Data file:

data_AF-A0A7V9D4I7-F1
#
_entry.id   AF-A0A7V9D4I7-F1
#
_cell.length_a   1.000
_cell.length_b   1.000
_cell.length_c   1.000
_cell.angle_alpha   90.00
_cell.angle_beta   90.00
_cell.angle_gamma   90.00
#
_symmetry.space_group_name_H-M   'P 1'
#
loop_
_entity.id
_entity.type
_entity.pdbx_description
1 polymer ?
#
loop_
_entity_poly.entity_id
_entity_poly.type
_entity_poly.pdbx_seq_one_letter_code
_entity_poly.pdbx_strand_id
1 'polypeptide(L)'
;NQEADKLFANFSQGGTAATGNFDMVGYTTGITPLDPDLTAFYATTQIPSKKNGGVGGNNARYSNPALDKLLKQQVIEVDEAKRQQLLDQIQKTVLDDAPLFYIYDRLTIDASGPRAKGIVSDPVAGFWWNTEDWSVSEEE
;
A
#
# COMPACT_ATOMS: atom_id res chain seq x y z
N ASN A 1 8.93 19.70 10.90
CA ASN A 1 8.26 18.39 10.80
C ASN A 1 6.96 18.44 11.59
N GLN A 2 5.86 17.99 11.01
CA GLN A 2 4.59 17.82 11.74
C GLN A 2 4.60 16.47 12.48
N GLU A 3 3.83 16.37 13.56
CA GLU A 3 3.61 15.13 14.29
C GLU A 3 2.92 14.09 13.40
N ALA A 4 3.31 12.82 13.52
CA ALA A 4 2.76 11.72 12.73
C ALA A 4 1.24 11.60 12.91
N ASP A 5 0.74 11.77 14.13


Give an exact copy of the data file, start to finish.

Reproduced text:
data_AF-A0A7V9D4I7-F1
#
_entry.id   AF-A0A7V9D4I7-F1
#
_cell.length_a   1.000
_cell.length_b   1.000
_cell.length_c   1.000
_cell.angle_alpha   90.00
_cell.angle_beta   90.00
_cell.angle_gamma   90.00
#
_symmetry.space_group_name_H-M   'P 1'
#
loop_
_entity.id
_entity.type
_entity.pdbx_description
1 polymer ?
#
loop_
_entity_poly.entity_id
_entity_poly.type
_entity_poly.pdbx_seq_one_letter_code
_entity_poly.pdbx_strand_id
1 'polypeptide(L)'
;NQEADKLFANFSQGGTAATGNFDMVGYTTGITPLDPDLTAFYATTQIPSKKNGGVGGNNARYSNPALDKLLKQQVIEVDEAKRQQLLDQIQKTVLDDAPLFYIYDRLTIDASGPRAKGIVSDPVAGFWWNTEDWSVSEEE
;
A
#
# COMPACT_ATOMS: atom_id res chain seq x y z
N ASN A 1 8.93 19.70 10.90
CA ASN A 1 8.26 18.39 10.80
C ASN A 1 6.96 18.44 11.59
N GLN A 2 5.86 17.99 11.01
CA GLN A 2 4.59 17.82 11.74
C GLN A 2 4.60 16.47 12.48
N GLU A 3 3.83 16.37 13.56
CA GLU A 3 3.61 15.13 14.29
C GLU A 3 2.92 14.09 13.40
N ALA A 4 3.31 12.82 13.52
CA ALA A 4 2.76 11.72 12.73
C ALA A 4 1.24 11.60 12.91
N ASP A 5 0.74 11.77 14.13